Last week I wrote a column suggesting that the palpable anxiety Democrats were exhibiting about the Virginia governor’s race might reflect PTSD — Post-Trump Stress Disorder — based on the unexpected GOP performance in last year’s presidential contest.
Since then, one poll (from Monmouth) has shown Republican Ed Gillespie actually leading Democrat Ralph Northam by a point, making Democratic fears more rational, even though other polls have actually lifted Northam’s lead in the RealClearPolitics average to 5.8 percent.
It has occurred to me, though, that nasty surprises which predate Trump ’16 have given the Old Dominion’s Democrats good reason to be jumpy in ways that could be relevant to Democrats’ prospects in the broader landscape of 2018.
Four years ago, Democrat Terry McAuliffe beat Republican Ken Cuccinelli by 2.5 percent, a margin that significantly undershot T-Mac’s 6.7 percent margin in the RCP polling average (the final Washington Post poll showed McAuliffe up by 12 points). And perhaps even more to the point, three years ago, Ed Gillespie came very close to upsetting Democratic senator Mark Warner, whose final RCP polling margin was nearly 10 percent.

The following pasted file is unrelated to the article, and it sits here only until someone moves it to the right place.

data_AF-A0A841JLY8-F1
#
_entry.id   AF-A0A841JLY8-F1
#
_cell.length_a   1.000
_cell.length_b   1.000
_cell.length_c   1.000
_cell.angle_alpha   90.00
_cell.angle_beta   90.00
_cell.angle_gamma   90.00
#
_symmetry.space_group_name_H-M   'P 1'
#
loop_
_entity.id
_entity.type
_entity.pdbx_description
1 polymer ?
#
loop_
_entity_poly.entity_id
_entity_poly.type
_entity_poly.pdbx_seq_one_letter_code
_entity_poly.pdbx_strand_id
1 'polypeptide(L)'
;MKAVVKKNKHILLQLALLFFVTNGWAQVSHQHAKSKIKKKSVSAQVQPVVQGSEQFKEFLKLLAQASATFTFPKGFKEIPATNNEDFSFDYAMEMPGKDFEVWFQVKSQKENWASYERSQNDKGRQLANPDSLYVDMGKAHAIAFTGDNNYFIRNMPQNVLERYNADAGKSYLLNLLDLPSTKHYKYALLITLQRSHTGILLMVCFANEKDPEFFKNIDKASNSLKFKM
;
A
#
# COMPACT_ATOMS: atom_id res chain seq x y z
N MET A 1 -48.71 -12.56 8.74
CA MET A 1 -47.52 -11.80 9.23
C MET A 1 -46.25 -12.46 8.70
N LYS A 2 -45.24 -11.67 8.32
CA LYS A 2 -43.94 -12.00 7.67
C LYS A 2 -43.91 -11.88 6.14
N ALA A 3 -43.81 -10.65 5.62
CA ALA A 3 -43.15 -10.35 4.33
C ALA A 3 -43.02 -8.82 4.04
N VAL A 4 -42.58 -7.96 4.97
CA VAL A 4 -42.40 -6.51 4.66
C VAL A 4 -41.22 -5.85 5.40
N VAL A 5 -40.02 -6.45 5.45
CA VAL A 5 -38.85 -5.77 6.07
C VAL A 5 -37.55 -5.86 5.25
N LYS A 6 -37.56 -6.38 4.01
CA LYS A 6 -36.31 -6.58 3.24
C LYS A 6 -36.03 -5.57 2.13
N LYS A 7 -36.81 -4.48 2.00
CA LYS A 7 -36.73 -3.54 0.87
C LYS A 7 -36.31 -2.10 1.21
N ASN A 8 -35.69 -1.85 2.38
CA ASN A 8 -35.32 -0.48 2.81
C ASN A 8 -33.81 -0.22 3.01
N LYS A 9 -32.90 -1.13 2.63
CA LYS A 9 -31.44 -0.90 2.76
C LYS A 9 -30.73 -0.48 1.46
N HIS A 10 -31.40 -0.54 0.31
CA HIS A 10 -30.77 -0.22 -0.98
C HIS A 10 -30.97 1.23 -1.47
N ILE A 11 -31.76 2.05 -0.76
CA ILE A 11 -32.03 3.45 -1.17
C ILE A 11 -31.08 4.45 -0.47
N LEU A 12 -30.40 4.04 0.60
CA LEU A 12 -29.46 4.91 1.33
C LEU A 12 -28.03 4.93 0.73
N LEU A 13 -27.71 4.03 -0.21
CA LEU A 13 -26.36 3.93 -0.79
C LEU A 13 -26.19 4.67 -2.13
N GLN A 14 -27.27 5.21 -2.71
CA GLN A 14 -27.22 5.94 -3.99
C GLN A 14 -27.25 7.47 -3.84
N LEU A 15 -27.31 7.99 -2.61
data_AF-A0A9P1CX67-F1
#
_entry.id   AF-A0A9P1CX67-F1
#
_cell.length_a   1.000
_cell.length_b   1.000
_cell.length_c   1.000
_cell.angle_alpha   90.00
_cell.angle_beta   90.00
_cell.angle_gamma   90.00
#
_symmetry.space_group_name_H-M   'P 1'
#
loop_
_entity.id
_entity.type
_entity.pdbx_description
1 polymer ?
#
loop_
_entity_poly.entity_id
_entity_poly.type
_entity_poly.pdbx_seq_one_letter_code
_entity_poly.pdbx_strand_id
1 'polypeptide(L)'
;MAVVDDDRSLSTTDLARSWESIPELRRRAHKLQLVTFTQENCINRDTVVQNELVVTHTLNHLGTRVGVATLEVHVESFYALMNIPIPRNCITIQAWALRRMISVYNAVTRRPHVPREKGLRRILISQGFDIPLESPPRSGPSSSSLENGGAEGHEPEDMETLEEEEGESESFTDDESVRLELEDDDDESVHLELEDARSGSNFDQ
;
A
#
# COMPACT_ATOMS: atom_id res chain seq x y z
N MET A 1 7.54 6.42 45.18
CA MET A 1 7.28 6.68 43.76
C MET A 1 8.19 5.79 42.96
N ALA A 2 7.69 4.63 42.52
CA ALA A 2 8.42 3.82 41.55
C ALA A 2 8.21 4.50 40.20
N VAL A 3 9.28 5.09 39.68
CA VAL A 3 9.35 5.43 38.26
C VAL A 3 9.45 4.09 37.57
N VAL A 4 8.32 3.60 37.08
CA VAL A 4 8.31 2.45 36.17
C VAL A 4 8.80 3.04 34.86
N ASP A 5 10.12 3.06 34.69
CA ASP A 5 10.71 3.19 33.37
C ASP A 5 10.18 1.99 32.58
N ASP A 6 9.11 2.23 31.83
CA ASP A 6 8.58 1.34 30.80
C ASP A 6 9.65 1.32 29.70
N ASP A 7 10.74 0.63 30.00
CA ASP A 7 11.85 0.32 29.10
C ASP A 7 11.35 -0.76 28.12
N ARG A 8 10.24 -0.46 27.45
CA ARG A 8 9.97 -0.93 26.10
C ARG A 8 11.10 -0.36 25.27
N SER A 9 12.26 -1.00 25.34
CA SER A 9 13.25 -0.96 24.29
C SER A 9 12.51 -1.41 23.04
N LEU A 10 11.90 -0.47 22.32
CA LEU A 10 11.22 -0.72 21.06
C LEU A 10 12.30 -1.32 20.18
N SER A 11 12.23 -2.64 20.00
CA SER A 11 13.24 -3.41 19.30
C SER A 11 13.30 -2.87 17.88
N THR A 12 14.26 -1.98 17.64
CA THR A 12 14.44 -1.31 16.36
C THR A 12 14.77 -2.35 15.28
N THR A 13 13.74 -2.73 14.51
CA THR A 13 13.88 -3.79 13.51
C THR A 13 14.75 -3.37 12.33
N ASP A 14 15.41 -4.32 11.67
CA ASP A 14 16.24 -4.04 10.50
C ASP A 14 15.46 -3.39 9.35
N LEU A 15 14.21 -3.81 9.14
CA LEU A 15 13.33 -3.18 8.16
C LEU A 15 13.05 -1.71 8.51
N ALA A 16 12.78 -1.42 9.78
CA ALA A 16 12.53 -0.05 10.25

The idea that Virginia Republican candidates might over-perform their polling numbers in 2013, 2014, and perhaps 2017 is based on a very real phenomenon: Democrats do not tend to turn out like Republicans do in non-presidential elections, mostly because the two parties are now polarized between demographic groups that do (old white folks) and don’t (minority voters and millennials) proportionately participate in down-ballot contests. It has been generally assumed that in Virginia, as in this year’s special elections, Democratic horror about Trump and his agenda would reverse the pro-GOP turnout patterns. But we haven’t had sufficient 2017 elections to resolve that question. Virginia will be a large data point. And if Gillespie wins, it will be time to express some doubts about all those generic congressional polls showing Democrats with an abundant 2018 advantage.
If you don’t vote, your hostility to Trump — or to Republicans — doesn’t much matter electorally. And to be frank about it, if you are a progressive voter who doesn’t consider President Trump to be a sufficient motivator to show up, whether he’s on the ballot or not, then Democrats do have a big challenge next year.